Secondary Sorting Pilot

America’s Plastic Makers® are taking important steps to significantly increase the amount of plastic packaging that we reuse, recycle, and recover in the United States. Responding to the urgent need to improve recycling rates across the U.S., the American Chemistry Council (ACC) partnered with the Plastics Industry Association, Americas Styrenics, Berry Global, Carton Council, LyondellBasell, and Metro. The group raised money and installed a portable secondary sorting system at the Far West Recycling materials recovery facility (MRF) in Oregon. The demonstration project, called the Pacific Northwest Waste (PNW) Sort, made use of a portable Secondary Material Recovery Facility (Secondary MRF) that operated for 60 days in Portland, receiving, sorting and measuring the possible recovery from two types of material streams from four MRFs located in Oregon and Washington. Titus MRF Services operated the facility and provided the equipment for the project.

Materials recovered in this study included polyethylene, mixed paper, cartons, polypropylene, polystyrene, and PET bottles and thermoforms. The results of the Pacific Northwest Secondary Sorting Demonstration Project suggest that a regional secondary sorting MRF sized to serve the populations of both Oregon and Washington would:

  • Increase material recovery or landfill diversion by more than 50,000 tons (100 million pounds) per year, equivalent to 2,500 semi-trailer truckloads of recovered materials bound for recycling facilities.
  • Increase the recovery rate by 3% to 6%[1] without significant program changes or investments.
  • Generate 46 green jobs per Secondary MRF.
  • Reduce the generation of greenhouse gases by more than 130,000 tons per year; this is equivalent to taking more than 27,600 cars off of the road.[2]
  • Enable future expansion of the accepted materials list without needing to retrofit Primary MRFs.
  • Provide accountability for all collected recyclable materials and eliminate the risk of potential mismanagement and pollution.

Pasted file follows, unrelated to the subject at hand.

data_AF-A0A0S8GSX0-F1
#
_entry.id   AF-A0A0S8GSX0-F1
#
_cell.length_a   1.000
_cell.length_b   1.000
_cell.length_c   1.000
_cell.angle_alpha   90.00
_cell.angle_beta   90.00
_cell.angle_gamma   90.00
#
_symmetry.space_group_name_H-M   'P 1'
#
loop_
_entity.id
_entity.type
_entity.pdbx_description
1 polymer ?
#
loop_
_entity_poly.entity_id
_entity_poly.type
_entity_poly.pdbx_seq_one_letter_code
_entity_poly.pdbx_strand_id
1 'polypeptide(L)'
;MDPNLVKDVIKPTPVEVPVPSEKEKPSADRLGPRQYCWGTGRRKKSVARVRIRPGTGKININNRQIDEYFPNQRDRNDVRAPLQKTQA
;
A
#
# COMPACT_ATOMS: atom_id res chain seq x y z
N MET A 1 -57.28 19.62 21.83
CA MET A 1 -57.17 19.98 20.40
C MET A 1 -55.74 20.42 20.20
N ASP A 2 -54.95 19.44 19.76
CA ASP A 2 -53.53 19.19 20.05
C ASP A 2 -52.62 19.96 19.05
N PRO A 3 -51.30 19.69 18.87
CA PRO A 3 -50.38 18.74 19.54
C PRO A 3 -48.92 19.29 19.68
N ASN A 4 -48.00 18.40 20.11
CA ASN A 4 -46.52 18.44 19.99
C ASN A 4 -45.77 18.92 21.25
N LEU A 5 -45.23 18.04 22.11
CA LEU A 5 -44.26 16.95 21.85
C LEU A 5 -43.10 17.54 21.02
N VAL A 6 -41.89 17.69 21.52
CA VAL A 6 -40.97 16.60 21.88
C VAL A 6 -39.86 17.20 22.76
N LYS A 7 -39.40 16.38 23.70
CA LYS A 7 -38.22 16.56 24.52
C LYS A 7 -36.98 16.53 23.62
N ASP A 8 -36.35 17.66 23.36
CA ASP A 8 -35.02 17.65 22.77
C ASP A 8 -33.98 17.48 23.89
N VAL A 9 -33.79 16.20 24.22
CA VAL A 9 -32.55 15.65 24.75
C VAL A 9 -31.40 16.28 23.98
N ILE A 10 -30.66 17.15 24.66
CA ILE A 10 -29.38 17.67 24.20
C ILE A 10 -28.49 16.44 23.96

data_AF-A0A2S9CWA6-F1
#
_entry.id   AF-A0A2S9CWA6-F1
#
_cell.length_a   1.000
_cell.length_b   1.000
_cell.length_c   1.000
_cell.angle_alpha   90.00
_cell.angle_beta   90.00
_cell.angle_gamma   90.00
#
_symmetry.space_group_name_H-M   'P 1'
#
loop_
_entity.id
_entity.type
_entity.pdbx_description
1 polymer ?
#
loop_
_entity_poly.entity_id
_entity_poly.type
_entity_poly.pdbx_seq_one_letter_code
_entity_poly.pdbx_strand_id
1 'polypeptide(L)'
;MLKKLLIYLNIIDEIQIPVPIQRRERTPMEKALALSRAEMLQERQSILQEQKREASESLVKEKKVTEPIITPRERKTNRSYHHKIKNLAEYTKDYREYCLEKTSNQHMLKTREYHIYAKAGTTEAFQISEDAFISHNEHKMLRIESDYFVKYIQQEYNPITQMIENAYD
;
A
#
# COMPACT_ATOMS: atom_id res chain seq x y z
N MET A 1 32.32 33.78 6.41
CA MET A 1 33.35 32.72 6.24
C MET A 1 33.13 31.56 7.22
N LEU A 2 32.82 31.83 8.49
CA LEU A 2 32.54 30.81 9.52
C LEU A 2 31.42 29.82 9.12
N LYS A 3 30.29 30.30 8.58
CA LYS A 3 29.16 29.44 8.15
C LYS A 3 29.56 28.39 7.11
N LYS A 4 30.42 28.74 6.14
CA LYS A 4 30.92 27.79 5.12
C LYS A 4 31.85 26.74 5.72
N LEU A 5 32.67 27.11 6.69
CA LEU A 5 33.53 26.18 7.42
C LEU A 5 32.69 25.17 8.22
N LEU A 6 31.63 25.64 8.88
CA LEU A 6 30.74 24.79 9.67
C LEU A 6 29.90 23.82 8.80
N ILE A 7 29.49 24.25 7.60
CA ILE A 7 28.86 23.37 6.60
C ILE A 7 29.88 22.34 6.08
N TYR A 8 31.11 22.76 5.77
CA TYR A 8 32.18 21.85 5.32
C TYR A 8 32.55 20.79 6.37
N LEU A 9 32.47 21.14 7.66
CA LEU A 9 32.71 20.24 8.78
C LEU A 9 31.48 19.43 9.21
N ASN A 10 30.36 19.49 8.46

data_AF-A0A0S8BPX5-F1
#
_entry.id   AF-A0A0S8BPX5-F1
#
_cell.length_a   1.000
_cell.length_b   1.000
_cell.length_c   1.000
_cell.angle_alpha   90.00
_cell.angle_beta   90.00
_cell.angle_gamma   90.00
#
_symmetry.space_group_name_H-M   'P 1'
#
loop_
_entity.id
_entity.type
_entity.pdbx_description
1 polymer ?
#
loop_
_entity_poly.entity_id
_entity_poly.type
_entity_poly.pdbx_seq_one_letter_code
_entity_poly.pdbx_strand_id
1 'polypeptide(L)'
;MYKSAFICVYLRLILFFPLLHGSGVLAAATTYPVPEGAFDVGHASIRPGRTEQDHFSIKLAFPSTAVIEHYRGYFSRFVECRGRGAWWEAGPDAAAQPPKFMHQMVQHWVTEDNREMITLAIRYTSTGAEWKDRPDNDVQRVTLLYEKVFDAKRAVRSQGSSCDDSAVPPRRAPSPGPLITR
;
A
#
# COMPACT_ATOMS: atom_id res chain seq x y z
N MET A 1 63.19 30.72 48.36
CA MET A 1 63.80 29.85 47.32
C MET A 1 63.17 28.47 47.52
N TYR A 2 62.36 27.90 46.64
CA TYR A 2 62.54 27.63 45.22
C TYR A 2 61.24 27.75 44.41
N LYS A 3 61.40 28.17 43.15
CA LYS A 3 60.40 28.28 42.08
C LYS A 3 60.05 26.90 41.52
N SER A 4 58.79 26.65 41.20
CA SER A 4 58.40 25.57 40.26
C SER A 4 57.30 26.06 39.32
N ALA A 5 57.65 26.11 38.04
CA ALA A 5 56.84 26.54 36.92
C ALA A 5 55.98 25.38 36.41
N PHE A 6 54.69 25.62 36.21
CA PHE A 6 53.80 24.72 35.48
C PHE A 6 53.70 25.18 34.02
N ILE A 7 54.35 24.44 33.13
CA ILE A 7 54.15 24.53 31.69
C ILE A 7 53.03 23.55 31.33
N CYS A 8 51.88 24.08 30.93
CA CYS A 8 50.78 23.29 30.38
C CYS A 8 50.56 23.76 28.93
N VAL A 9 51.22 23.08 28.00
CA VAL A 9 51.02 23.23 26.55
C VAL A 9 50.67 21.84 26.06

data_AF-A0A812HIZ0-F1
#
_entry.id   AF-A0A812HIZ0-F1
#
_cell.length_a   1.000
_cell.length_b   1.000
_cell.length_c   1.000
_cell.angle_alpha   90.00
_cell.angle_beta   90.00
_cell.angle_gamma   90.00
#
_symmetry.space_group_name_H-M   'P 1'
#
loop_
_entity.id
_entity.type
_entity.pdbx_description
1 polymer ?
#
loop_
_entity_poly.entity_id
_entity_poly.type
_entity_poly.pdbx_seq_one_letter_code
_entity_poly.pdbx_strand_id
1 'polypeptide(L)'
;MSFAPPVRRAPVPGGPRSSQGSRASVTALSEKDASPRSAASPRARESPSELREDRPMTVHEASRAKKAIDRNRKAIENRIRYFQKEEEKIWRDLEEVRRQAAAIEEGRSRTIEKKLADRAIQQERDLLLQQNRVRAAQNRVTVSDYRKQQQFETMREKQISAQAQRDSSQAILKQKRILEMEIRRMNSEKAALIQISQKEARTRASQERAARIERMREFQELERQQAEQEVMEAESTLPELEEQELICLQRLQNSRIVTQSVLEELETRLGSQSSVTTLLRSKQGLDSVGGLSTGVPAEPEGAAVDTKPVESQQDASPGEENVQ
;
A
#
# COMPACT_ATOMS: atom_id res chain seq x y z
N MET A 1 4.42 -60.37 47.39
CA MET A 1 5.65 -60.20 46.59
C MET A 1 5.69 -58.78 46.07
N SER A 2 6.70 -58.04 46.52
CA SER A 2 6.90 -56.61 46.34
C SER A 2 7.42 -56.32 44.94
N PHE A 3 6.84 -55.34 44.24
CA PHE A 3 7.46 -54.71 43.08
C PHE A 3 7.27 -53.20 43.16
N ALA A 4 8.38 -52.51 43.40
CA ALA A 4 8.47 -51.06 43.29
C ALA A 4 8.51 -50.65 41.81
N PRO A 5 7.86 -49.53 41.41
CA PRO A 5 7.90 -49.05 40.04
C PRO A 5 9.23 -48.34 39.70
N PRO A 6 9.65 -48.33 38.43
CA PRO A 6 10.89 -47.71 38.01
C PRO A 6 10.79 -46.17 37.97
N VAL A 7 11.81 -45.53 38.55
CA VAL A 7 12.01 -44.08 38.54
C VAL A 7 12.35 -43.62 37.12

[1] Based on a regional model where MRFs recover 88% of recyclable materials 

[2] According to the Environmental Protection Agency’s Greenhouse Gases Equivalencies Calculator

 

 

Demonstrating Successful Secondary Sorting

The data collected from the pilot project is expected to show how secondary sorting offers communities an effective and valuable new recycling option.

This exhibition, the first regional project of its kind, could drive nationwide change in recycling capabilities. Communities could even generate revenue by selling recovered materials that have value in the marketplace.

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Key Benefits:

  • Drive new recycling innovation
  • Improve recycling capabilities
  • Expand sustainability goals
  • Generate revenue from in-demand recovered materials
  • Strengthen industry and public sector collaboration

How Secondary Sorting Works

As usual, recyclables collected from residential and commercial locations are taken to a local MRF to be sorted and recovered.

Any remaining materials that cannot be recovered at the MRF are shipped to a secondary sorting facility and placed into six specialized collection streams.

The newly collected materials get measured, recovered, and then sold for reuse.

Types of Materials Recovered

The materials that get a second chance at recovery in a secondary sorting facility include:

Polyethylene terephthalate (PET)

High-density polyethylene (HDPE)

Low-density polyethylene (LDPE)

Polypropylene (PP)

Polystyrene (PS)

Gable top and aseptic cartons

Project Co-Sponsors

The Pacific Northwest Secondary Sorting Demonstration is a public-private partnership co-funded by a diverse group of organizations dedicated to plastics recovery innovations.

ACC logo
AmSty Logo
Berry plastics logo
Carton Council logo
Lyondellbasell Logo
Metro logo
Milliken logo
Plastics Industry Association logo

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